Safely Storing Christmas Decorations

Whether you clean up the day after Christmas, the day after New Year’s, or later keep your decorations looking fresh and new by storing them correctly. Take a few minutes to store your breakables safely and you will not have to buy new Christmas decorations every year.

Christmas Storage Boxes

Sometimes it is impossible to return ornaments to the container in which they were purchased. Most of the flimsy cardboard containers should be discarded. The best way to store Christmas decorations is in a plastic storage container.

Small thin containers work best. There are plastic containers designed specifically for Christmas storage, but there is no need to put the extra money into special Christmas containers if you are willing to work a little to organize a standard flat, under-the-bed, plastic storage container.

Storing Christmas Lights

Lights that are not stored properly can be a nightmare the next Christmas season. Tangled lights are the bane of Christmas decorating. Make next year much easier on yourself by properly storing your Christmas lights.

Cut a square of cardboard and cut a small slit in one of the top corners. Thread the end of the lights through the slit and carefully wind the lights around the cardboard. When you reach the end of the strand cut another small slit to secure the Christmas lights. By storing your lights this way you will be able to easily reach the plug to check the lights before you unwind them next year.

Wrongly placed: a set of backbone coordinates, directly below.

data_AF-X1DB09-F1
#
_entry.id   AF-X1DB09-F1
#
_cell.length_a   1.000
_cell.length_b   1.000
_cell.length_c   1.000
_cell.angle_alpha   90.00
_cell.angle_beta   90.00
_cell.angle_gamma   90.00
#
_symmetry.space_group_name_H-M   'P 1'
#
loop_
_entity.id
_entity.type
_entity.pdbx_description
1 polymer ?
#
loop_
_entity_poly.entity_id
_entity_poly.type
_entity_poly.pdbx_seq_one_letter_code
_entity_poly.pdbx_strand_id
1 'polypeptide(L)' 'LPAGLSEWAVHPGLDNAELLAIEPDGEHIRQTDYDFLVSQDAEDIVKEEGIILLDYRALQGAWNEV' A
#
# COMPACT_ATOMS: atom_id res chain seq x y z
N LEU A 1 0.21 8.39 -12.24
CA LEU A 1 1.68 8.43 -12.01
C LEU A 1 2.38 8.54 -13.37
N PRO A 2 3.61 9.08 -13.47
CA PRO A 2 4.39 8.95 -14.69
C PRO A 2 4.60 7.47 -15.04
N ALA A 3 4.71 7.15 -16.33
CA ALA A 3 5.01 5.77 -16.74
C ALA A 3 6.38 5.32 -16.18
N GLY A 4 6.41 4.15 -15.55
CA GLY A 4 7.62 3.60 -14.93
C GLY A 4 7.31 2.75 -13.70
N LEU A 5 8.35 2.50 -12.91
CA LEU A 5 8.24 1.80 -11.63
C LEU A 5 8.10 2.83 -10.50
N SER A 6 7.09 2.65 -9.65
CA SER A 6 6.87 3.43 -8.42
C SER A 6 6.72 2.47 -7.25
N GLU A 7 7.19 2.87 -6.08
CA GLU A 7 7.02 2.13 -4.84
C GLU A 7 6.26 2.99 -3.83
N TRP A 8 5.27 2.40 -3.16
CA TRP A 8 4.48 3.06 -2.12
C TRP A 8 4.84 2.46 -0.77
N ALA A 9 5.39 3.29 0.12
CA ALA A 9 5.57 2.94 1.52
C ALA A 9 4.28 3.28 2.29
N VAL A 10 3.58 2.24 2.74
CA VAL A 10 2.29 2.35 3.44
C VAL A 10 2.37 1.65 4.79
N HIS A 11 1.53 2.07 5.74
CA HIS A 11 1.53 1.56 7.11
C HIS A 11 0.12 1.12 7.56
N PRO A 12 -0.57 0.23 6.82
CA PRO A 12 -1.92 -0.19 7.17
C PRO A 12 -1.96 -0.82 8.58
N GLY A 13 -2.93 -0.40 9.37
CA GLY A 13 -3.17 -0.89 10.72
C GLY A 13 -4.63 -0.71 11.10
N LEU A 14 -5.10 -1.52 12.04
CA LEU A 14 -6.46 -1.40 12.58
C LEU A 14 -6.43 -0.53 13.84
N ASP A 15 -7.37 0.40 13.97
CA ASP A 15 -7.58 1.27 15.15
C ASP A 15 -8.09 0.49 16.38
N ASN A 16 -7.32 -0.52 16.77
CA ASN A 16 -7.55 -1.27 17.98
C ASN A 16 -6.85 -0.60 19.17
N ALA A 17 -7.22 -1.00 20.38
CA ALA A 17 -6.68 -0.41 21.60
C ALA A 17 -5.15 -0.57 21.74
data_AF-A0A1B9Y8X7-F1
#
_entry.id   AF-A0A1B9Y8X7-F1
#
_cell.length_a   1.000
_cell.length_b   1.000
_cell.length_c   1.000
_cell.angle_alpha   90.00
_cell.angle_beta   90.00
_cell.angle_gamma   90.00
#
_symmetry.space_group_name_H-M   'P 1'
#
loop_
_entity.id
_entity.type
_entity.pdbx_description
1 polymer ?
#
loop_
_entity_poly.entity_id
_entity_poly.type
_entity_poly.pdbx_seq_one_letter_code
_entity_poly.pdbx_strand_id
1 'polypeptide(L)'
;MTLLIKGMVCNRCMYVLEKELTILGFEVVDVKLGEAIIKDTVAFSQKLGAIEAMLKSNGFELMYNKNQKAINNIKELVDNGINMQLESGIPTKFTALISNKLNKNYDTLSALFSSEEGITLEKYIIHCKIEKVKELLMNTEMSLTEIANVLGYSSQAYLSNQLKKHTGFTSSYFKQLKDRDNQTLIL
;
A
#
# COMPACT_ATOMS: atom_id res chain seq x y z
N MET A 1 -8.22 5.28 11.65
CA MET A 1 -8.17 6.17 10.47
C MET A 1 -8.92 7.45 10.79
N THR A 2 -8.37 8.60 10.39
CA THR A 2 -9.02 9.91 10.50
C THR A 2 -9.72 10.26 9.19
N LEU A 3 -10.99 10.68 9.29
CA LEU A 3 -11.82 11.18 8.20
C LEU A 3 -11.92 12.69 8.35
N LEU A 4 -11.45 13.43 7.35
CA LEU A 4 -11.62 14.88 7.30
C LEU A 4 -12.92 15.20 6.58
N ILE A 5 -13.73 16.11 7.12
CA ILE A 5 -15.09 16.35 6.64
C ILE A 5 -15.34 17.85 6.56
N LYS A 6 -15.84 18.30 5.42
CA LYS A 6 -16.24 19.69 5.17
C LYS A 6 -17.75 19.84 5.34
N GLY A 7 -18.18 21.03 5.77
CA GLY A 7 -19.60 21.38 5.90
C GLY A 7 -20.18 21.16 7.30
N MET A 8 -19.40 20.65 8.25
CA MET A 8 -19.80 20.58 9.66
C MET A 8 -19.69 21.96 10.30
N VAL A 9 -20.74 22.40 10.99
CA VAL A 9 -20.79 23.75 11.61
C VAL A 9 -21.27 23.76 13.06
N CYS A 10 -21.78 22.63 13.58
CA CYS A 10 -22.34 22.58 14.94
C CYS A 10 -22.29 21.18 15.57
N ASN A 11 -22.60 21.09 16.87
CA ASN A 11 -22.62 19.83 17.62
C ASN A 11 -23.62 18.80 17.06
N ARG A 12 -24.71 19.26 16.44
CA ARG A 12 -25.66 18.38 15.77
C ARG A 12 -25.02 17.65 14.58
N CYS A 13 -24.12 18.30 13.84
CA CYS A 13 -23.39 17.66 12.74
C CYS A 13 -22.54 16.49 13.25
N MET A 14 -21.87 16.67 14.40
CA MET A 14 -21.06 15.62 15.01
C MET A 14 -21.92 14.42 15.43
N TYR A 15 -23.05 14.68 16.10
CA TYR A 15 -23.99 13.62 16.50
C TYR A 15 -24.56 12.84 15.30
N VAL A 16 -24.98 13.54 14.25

When you place lights in a container, place a towel or piece of foam between them to prevent breakage.

Storing Glass Christmas Balls

Most of us use colorful glass Christmas balls to add color and fill in any gaps on the Christmas tree between our original ornaments. One of the best ways to store glass Christmas balls is in a disposable egg crate. You can even leave the hanger in place. The ornaments will be insulated when the Christmas storage box is heaved in the attic, garage, or under the bed.

Storing Your Christmas Tree

If you purchased a balled or rooted tree there is no need to store it. You can find a special place in the yard to plant it. If, however, you have an artificial tree you may be tempted to squeeze it back into its original container. It usually doesn’t fit and cramming it in the box squishes and disfigures the branches. It takes a lot of time to re-create a real looking Christmas tree next year.

If you have an attic or garage in which you can store your tree cover it with a tarp and secure it with strings. Leave it standing in an unused corner of the garage. This one Christmas decoration storage tip alone has saved us hours of angst when putting up the Christmas tree the following year.

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